In 1981, in their first public appearance after their wedding, Prince Charles and Princess Diana visited Brecon, a small town in Wales with a population a little under 8,000. “It was very cold, but people didn’t seem to notice the cold because they were so excited about Diana coming,” Valerie Harris, a Brecon resident, would later recall. Townspeople lined both sides of the main street, waiting for the royal visitors to appear. Charles had decided they would each take one side of the street and switch off. Each time this happened, Diana’s part of the crowd would let out a huge groan of disappointment. As Charles shook their hands, they nonetheless continued calling out “Di! Di,” Harris remembered, “to come to their side.”
When The Crown premiered in 2016, some viewers had the same reaction. The series begins with a young and beautiful Queen Elizabeth II (Claire Foy) on the eve of her nuptials in 1947. Yet fans immediately began wondering when they could expect a glimpse of Princess Diana—who would not even be born for another 14 years. One tweeted “I watched the first episode of The Crown tonight. Unless Diana’s in the next one, I’m out.” Not long after the series premiere, magazines began speculating who would be cast to play the People’s Princess. Perhaps Rosamund Pike, one publication speculated, could draw from her Gone Girl role to channel Diana, another wife at war with an adulterous husband. Show creator Andrew Morgan quickly stepped in to tamp down expectations, warning viewers in an interview with People magazine that Diana would not appear until season 3 (which later turned into season 4).
Only in this latest season does Princess Diana (Emma Corrin) finally come to our side of the street—our reward for wading through the three previous seasons of relatively minor drama: the queen’s overly close friendship with a horse breeder named “Porchie”; a confusing sex scandal involving Prince Phillip’s osteopath; a young Prince Charles butchering the Welsh language; multiple failed attempts by all of them to show human emotion. I recently joked with a friend that the first three seasons amount to probably the most expensive and drawn-out prequel in television history. Even when Diana wasn’t on screen, her presence was everywhere. In seasons 1 and 2, as the queen denied Princess Margaret her love match to Peter Townsend in favor of a more suitable but ultimately disastrous marriage to Lord Snowdon, it was as if we were watching a dress rehearsal for the infamous War of the Waleses. And when the queen broke protocol and insisted that the Buckingham Palace flag be flown at half-mast to mark the death of John F. Kennedy, who among us did not gasp in horror, remembering that the palace refused to do the same for Diana following her car crash in Paris?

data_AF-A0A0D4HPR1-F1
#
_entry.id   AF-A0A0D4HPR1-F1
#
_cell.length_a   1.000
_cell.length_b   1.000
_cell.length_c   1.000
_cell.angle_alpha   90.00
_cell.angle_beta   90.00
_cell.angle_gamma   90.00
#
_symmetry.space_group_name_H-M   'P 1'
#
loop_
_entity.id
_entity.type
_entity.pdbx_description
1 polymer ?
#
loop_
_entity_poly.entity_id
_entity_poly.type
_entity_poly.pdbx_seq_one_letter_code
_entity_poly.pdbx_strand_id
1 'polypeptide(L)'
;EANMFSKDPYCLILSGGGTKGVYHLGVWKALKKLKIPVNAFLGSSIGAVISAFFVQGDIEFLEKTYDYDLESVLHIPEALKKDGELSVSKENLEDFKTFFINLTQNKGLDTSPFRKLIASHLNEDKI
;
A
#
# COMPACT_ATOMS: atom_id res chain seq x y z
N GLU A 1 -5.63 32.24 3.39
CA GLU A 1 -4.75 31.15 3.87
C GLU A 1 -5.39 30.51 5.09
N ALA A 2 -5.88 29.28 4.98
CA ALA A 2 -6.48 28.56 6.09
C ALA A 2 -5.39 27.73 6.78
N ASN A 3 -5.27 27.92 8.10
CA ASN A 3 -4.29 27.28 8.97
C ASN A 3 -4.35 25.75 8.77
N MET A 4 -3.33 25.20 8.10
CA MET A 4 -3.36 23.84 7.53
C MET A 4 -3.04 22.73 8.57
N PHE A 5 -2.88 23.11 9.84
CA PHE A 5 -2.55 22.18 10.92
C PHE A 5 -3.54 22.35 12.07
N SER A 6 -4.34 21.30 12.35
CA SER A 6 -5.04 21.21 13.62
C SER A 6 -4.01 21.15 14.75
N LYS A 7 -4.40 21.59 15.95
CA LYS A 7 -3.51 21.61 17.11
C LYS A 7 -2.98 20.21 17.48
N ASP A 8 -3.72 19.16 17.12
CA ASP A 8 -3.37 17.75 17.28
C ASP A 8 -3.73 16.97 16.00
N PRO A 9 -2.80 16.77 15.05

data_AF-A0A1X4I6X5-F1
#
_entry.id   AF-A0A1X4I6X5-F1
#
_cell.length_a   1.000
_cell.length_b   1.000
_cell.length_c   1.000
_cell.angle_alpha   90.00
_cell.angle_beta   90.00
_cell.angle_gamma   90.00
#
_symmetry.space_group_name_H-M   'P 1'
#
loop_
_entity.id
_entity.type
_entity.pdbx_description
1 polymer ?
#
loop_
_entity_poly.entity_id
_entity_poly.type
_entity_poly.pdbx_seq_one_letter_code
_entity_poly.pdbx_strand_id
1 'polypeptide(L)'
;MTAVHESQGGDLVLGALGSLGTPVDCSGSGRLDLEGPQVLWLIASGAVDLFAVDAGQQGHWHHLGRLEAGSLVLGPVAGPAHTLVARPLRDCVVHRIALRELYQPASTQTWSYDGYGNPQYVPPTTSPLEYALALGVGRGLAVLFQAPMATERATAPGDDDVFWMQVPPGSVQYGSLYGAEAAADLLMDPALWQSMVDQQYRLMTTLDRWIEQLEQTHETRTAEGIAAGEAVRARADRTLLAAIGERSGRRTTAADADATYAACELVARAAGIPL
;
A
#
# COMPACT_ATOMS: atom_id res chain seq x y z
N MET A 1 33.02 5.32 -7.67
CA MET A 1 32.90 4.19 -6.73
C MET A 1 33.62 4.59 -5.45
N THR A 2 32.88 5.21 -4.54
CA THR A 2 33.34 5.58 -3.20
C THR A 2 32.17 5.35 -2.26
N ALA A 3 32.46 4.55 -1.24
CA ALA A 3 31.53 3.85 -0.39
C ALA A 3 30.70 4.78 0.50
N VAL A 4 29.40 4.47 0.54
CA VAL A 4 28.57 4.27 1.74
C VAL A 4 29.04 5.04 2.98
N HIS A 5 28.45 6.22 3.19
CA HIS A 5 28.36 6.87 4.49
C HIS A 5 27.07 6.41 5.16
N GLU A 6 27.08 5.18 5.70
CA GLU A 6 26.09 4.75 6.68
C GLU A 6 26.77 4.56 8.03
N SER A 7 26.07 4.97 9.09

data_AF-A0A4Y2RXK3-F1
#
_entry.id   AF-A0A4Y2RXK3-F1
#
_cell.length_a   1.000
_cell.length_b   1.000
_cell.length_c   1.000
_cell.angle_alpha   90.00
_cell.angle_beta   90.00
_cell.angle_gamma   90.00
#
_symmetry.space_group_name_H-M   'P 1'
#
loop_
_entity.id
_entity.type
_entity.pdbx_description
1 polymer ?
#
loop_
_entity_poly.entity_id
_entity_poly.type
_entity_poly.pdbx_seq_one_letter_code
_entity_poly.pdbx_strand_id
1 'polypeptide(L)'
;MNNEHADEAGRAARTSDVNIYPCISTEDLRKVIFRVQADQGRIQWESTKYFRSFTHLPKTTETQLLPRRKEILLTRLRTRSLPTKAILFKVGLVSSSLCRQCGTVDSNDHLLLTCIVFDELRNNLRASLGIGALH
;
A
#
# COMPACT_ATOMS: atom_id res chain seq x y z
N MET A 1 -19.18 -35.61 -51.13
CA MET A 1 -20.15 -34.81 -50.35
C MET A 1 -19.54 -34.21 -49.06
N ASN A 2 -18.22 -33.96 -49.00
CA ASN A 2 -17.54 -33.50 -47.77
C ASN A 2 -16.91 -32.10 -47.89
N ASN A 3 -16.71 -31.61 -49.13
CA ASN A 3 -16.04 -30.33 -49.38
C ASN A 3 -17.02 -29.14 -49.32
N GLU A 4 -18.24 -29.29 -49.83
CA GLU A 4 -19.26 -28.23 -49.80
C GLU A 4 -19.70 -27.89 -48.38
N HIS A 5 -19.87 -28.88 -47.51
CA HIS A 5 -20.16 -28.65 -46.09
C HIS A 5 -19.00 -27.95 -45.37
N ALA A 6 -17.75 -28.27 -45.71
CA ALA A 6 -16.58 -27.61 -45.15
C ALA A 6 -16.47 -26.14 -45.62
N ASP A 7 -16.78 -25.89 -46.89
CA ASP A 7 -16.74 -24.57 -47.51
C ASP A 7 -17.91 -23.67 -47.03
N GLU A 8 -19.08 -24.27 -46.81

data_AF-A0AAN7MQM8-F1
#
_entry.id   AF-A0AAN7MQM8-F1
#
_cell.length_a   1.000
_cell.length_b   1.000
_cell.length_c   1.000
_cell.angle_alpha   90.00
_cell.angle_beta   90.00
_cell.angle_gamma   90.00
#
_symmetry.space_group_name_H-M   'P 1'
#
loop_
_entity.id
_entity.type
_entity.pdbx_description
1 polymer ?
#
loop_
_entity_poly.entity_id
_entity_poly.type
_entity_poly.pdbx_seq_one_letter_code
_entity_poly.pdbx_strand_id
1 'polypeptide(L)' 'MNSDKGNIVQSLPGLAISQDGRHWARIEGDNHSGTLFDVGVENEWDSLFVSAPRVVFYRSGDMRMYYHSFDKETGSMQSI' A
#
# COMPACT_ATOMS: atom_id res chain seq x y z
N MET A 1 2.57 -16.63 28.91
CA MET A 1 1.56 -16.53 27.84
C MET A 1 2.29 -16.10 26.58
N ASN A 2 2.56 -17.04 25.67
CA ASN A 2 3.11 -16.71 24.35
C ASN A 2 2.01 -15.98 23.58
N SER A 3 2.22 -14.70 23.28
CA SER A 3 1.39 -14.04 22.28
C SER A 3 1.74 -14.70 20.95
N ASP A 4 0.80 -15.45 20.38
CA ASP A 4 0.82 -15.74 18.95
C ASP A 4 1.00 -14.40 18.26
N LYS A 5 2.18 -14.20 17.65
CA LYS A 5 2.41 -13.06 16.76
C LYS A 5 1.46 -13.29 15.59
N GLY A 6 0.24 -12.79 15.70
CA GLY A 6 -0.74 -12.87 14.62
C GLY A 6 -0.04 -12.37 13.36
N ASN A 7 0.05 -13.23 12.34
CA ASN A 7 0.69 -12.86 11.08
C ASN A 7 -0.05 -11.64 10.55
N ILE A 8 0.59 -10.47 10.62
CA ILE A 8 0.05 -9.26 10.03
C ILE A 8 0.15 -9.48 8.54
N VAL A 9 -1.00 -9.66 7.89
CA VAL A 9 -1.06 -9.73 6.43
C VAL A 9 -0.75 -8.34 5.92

Now the real star has arrived, and everyone is jealous, or, as Princess Margaret would say, “positively constipated with envy.” That a 19-year-old girl, with nothing more than a shy downward gaze, silly sweaters covered with lambs, and blue eyeshadow could disrupt the pecking order is a greater affront to the other royals than any individual slight. And they are right to worry: Diana’s much-awaited appearance suggests The Crown’s appeal does not necessarily lie in the trappings of monarchy so much as in the possibility of its destruction. This season, which also explores the rise of Margaret Thatcher (Gillian Anderson), is the first that forces the queen to contend with alternatives to a hierarchy based on aristocracy and royal succession. As the paparazzi lights flash, as the fan mail pours in, Diana comes to represent not the prestige of the British monarchy but rather a rejection of it in favor of something more egalitarian, and dare I say American: celebrity.
The new season opens with the queen mounting a horse in full military costume, as an IRA member asks in a voiceover: “Why are the English still with us?” It is the same question that comes up in the United States whenever there is a royal wedding or birth (or a new season of The Crown), with Twitter each time reliably supplying versions of the same We fought a war not to have to care about these people joke.
While the show starts with this question, the conflict is largely brushed aside except for how it plays into the story behind Charles’s engagement to Diana. While salmon fishing in Iceland with friends (as one does), Charles learns that his great uncle and surrogate father, Lord Mountbatten, has been assassinated in an IRA attack. Charles is racked with guilt, as the two had earlier argued on the phone over Charles’s continued relationship with a married Camilla Parker-Bowles. On his way home to the funeral, Charles receives a letter Mountbatten wrote to him after their fight, warning him against meeting the same fate as the last Prince of Wales, Edward VIII, who abdicated to marry the American divorcée Wallis Simpson. Mountbatten, known affectionately as “Dickie,” tells Charles he must fulfill his duty and find a wife who is “sweet and innocent, [a] well-tempered girl with no past who knows the rules and will follow the rules.”